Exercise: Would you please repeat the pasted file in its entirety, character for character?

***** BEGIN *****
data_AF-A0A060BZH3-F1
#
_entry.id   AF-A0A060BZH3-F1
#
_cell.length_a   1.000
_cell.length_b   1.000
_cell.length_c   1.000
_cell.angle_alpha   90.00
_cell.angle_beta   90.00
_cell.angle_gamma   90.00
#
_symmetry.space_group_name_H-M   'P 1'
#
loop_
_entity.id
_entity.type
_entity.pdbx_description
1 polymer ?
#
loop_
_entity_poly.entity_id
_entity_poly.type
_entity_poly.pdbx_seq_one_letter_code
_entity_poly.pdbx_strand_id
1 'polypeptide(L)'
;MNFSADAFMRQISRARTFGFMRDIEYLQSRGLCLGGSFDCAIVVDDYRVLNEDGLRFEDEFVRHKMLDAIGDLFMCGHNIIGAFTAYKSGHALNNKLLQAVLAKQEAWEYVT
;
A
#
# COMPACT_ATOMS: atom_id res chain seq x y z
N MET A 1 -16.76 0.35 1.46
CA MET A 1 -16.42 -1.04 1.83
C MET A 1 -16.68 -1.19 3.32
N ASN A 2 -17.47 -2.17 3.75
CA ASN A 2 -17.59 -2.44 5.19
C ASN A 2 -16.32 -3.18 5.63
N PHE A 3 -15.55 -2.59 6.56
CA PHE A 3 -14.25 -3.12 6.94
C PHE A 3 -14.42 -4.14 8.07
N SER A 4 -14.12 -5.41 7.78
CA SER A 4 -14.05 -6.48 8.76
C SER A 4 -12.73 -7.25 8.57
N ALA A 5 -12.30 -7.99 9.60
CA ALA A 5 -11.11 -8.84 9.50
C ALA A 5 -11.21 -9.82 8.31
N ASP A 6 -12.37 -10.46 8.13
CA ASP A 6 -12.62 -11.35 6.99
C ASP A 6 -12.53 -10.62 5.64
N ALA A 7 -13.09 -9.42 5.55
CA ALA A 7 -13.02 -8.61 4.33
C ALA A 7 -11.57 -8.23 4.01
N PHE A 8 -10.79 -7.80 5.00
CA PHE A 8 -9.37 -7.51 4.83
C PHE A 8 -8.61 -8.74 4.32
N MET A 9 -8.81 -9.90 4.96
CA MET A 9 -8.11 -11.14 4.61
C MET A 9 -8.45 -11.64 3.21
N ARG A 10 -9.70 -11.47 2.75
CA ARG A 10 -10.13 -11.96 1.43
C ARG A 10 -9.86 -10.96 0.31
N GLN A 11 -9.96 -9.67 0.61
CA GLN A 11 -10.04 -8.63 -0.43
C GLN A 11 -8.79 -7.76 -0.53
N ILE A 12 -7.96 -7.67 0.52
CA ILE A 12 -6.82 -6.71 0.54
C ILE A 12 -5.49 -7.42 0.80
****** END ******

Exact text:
data_AF-A0A060BZH3-F1
#
_entry.id   AF-A0A060BZH3-F1
#
_cell.length_a   1.000
_cell.length_b   1.000
_cell.length_c   1.000
_cell.angle_alpha   90.00
_cell.angle_beta   90.00
_cell.angle_gamma   90.00
#
_symmetry.space_group_name_H-M   'P 1'
#
loop_
_entity.id
_entity.type
_entity.pdbx_description
1 polymer ?
#
loop_
_entity_poly.entity_id
_entity_poly.type
_entity_poly.pdbx_seq_one_letter_code
_entity_poly.pdbx_strand_id
1 'polypeptide(L)'
;MNFSADAFMRQISRARTFGFMRDIEYLQSRGLCLGGSFDCAIVVDDYRVLNEDGLRFEDEFVRHKMLDAIGDLFMCGHNIIGAFTAYKSGHALNNKLLQAVLAKQEAWEYVT
;
A
#
# COMPACT_ATOMS: atom_id res chain seq x y z
N MET A 1 -16.76 0.35 1.46
CA MET A 1 -16.42 -1.04 1.83
C MET A 1 -16.68 -1.19 3.32
N ASN A 2 -17.47 -2.17 3.75
CA ASN A 2 -17.59 -2.44 5.19
C ASN A 2 -16.32 -3.18 5.63
N PHE A 3 -15.55 -2.59 6.56
CA PHE A 3 -14.25 -3.12 6.94
C PHE A 3 -14.42 -4.14 8.07
N SER A 4 -14.12 -5.41 7.78
CA SER A 4 -14.05 -6.48 8.76
C SER A 4 -12.73 -7.25 8.57
N ALA A 5 -12.30 -7.99 9.60
CA ALA A 5 -11.11 -8.84 9.50
C ALA A 5 -11.21 -9.82 8.31
N ASP A 6 -12.37 -10.46 8.13
CA ASP A 6 -12.62 -11.35 6.99
C ASP A 6 -12.53 -10.62 5.64
N ALA A 7 -13.09 -9.42 5.55
CA ALA A 7 -13.02 -8.61 4.33
C ALA A 7 -11.57 -8.23 4.01
N PHE A 8 -10.79 -7.80 5.00
CA PHE A 8 -9.37 -7.51 4.83
C PHE A 8 -8.61 -8.74 4.32
N MET A 9 -8.81 -9.90 4.96
CA MET A 9 -8.11 -11.14 4.61
C MET A 9 -8.45 -11.64 3.21
N ARG A 10 -9.70 -11.47 2.75
CA ARG A 10 -10.13 -11.96 1.43
C ARG A 10 -9.86 -10.96 0.31
N GLN A 11 -9.96 -9.67 0.61
CA GLN A 11 -10.04 -8.63 -0.43
C GLN A 11 -8.79 -7.76 -0.53
N ILE A 12 -7.96 -7.67 0.52
CA ILE A 12 -6.82 -6.71 0.54
C ILE A 12 -5.49 -7.42 0.80